The Quiet Financial Revolution Begins
Mohamed A. El-Erian
JUN 8, 2015
LAGUNA BEACH – Steadily and indisputably, the financial services industry – with which we all interact, whether as borrowers, savers, investors, or regulators – has embarked on a multiyear transformation. This process, slow at first, has been driven by the combined impact of two sets of durable forces.
Their economies are mismatched, their temperaments even more so.
Stores are taking out anti-looting insurance. Public hospitals are making contingency plans for operating when money dries up. More than $5 billion was pulled from bank accounts in April alone by companies and individuals.
Euro-unraveling contagion is now far less likely. One thing is sure: If a deal is reached with Greece, it will only be the prelude to the next crisis in a few months or so.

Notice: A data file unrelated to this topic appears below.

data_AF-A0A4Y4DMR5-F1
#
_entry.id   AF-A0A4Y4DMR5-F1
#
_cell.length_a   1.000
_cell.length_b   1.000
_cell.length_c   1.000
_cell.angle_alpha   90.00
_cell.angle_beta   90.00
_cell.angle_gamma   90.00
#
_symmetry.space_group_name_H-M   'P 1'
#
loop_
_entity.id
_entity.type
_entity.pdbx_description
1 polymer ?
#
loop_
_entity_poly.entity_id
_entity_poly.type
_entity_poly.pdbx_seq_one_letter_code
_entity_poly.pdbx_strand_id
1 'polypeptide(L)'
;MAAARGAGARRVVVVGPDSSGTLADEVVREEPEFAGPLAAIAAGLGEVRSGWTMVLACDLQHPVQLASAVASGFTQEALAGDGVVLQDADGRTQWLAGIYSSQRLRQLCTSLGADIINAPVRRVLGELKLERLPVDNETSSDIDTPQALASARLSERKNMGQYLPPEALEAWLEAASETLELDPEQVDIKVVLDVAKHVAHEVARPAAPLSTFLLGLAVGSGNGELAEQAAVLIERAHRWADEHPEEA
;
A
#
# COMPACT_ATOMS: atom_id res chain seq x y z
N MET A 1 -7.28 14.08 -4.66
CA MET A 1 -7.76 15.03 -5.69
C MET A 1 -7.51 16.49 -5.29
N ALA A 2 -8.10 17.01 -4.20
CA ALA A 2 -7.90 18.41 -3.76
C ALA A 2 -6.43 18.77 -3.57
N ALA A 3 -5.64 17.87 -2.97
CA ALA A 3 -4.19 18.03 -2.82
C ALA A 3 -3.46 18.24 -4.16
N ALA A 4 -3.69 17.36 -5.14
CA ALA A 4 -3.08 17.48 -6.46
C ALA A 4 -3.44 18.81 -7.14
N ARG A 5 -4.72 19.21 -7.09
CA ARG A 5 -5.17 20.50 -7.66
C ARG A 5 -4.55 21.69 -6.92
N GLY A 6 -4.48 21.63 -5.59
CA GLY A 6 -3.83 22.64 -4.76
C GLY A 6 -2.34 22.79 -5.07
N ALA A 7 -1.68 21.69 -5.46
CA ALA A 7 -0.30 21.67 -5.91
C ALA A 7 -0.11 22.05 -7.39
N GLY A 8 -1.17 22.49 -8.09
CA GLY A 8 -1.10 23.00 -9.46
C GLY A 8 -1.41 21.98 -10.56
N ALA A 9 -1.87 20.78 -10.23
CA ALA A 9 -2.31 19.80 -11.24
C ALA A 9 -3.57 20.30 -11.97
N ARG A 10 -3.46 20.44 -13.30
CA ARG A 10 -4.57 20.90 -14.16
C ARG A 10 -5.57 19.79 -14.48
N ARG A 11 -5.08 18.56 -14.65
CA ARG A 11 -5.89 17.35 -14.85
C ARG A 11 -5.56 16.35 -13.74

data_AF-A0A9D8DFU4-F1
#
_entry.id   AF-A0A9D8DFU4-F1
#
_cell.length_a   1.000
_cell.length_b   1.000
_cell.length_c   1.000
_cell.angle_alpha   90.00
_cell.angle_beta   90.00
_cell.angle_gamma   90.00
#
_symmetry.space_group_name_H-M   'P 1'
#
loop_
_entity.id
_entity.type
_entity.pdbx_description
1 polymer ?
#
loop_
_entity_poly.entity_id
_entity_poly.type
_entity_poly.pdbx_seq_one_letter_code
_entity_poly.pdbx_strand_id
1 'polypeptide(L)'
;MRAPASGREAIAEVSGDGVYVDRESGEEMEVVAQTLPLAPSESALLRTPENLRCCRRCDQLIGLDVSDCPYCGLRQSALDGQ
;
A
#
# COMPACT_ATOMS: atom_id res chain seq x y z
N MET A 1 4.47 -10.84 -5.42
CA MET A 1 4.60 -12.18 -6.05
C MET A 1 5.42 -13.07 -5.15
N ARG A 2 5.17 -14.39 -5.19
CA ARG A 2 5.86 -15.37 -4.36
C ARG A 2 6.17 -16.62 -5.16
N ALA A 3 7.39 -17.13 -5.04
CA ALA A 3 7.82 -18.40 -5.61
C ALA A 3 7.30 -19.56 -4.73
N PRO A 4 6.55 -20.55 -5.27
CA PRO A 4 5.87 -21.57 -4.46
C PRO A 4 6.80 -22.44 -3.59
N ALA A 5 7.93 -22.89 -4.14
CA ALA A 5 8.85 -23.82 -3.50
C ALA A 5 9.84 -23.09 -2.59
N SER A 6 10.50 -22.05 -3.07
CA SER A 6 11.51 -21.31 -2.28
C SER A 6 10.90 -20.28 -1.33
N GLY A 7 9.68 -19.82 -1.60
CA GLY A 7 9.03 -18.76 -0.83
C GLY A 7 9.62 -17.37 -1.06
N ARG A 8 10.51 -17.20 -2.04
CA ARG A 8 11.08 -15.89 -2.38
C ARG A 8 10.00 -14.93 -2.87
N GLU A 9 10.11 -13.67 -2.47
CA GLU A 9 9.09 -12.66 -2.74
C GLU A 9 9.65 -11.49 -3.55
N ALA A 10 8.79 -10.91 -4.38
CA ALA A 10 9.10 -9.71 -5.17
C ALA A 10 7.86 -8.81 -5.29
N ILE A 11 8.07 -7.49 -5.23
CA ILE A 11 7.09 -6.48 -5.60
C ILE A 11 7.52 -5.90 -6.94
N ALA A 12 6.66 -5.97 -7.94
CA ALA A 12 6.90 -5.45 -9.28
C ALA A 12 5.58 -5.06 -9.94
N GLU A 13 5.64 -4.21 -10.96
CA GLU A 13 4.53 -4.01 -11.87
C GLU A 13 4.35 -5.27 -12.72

Fix the country, whether inside the euro or out. Get foreign corporations to put their money in Greece. You want to try the Putin route, with Gazprom stepping in for the I.M.F., go for it!
We’re off your back now — so find a way to make Greeks believe in Greece again without the ready excuse that Berlin, or the International Monetary Fund or the European Commission is to blame.
The inevitable Greek implosion was followed by austerity measures whose symbol was Germany. These failed to offer Greeks a positive vision of what all the sacrifice might produce.
The consequent anger created Syriza and its election victory and incoherent promises of a new way forward. Everyone is now caught in the web of their own contradictions.